Are there charts and/or formulas available here to calculate the equivalent level of active chlorine, based on FC and CYA levels in the pool? And is 0.1 ppm "active" chlorine a typical level required in the pool to effectively sanitize and prevent algae?

    Thanks,
    Greg
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    Re: pool store test says tot. cl is 10???

    If you dare tackle advanced chemistry, take a look at Pool Water Chemistry. There are graphs and tables with the info you are looking for, though I don't think the actual equation is ever spelled out.
    19K gal, vinyl, 1/2 HP WhisperFlo pump, 200 sqft cartridge filter, AutoPilot Digital SWG, Dolphin Dynamic cleaning robot
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    Re: pool store test says tot. cl is 10???

    Wow, now I've got a little more reading to do. This has really helped my understanding of the process and has helped me understand the CYA/Chlorine chart versus just understanding how to use it. Is there a place on the web site where the "Pool Water Chemistry" link is saved?
    20,000 gallon gunite pool, attached spa, Pebblesheen finish, Paramount PCC-2000 infloor cleaning system, Paramount ClearO3 ozone system, Intelliflo VS main pump, Whisperflo 1HP cleaner pump, StaRite cartridge filter, StaRite heater

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    MikeInTN's Avatar
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    Re: pool store test says tot. cl is 10???

    Quote Originally Posted by Woodberg
    Thanks ChemGeek. I didn't realize that there was a difference in Chlorine that is bound to CYA and Chlorine that isn't. I have just assumed that all Chlorine showed up as FC, assuming CC is 0. So for example, if my CYA level is 40, the target FC based on the CYA/chlorine chart is 5. I've assumed all 5ppm of FC would be active. Are you saying that some part of that FC level is bound to CYA and some is free to fight? Also, if the chlorine that is bound to CYA is a reserve, how does it get released from the CYA to become active?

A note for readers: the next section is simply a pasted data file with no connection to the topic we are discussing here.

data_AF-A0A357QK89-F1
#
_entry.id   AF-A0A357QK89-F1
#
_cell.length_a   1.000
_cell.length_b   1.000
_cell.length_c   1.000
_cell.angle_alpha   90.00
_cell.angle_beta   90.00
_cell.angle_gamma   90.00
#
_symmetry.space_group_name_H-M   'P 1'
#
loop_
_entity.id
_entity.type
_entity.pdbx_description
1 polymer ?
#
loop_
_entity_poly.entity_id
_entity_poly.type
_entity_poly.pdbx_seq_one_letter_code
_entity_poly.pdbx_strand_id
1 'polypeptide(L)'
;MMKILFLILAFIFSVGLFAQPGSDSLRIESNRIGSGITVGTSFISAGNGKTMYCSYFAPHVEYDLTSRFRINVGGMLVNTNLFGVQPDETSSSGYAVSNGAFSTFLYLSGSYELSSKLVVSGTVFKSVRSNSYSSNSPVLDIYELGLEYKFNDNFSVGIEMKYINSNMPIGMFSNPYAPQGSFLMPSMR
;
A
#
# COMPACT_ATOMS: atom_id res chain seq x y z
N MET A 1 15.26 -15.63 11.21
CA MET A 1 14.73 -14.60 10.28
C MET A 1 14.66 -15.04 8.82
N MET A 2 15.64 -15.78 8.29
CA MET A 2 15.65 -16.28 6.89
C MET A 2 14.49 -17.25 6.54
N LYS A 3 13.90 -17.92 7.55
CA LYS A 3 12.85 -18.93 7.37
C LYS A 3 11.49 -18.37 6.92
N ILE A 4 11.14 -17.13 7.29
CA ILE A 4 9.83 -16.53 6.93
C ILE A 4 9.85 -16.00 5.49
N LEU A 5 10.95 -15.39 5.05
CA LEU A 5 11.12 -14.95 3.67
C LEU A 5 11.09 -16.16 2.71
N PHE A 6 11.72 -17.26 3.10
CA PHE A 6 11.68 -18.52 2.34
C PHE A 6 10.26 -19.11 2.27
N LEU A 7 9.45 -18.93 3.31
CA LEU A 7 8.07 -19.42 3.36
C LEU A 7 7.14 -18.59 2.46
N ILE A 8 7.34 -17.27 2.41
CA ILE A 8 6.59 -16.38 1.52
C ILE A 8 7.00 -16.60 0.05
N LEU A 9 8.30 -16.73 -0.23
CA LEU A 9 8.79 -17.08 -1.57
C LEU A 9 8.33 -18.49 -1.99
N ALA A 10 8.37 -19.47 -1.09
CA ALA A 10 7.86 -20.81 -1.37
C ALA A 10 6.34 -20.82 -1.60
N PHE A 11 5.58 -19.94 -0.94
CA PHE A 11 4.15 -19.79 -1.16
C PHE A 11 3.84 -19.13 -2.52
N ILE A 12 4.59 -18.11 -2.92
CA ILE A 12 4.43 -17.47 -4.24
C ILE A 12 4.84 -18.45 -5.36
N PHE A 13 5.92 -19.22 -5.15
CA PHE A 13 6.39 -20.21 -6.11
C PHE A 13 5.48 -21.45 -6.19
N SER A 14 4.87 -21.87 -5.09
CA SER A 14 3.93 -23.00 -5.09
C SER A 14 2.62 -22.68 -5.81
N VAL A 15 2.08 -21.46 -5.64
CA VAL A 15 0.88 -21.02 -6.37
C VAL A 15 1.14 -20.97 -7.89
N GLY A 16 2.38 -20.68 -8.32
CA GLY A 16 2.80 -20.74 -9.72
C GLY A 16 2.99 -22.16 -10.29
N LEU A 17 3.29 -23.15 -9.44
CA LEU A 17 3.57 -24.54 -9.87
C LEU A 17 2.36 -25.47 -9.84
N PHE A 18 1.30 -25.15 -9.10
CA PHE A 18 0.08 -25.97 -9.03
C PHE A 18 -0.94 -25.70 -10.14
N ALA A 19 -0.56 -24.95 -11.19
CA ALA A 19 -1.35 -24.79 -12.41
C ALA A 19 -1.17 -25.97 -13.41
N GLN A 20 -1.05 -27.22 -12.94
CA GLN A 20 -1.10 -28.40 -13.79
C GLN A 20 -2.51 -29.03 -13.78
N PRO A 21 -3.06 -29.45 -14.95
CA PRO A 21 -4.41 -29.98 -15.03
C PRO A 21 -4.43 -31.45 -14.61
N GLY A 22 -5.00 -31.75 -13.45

I'm not even sure these questions make sense but hopefully, you're understanding why I'm confused.
    Woodberg, here's a link to a discussion that was held not too long ago in The Deep End about the chlorine/CYA relationship. Richard aka Chemgeek explains the equilibrium that exists between hypochlorous acid ("active FC") and the chlorine bound by CYA.

    and for the record, when I grow up, I want to be just like Chemgeek and JasonLion and Waterbear and John T and Waste!! Those guys rock!!
    24' x 52" AGP - approx 13,500 gallons
    Pentair Optiflo 1 hp/2sp pump w/ Swimpro Voyager 150 sq ft cartridge filter
    Intex 8110 SWCG
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    Re: pool store test says tot. cl is 10???

    In Pool School, the final article, Further Reading, is a list of links to helpful posts. There are two or three advanced chemistry articles in that list.
    19K gal, vinyl, 1/2 HP WhisperFlo pump, 200 sqft cartridge filter, AutoPilot Digital SWG, Dolphin Dynamic cleaning robot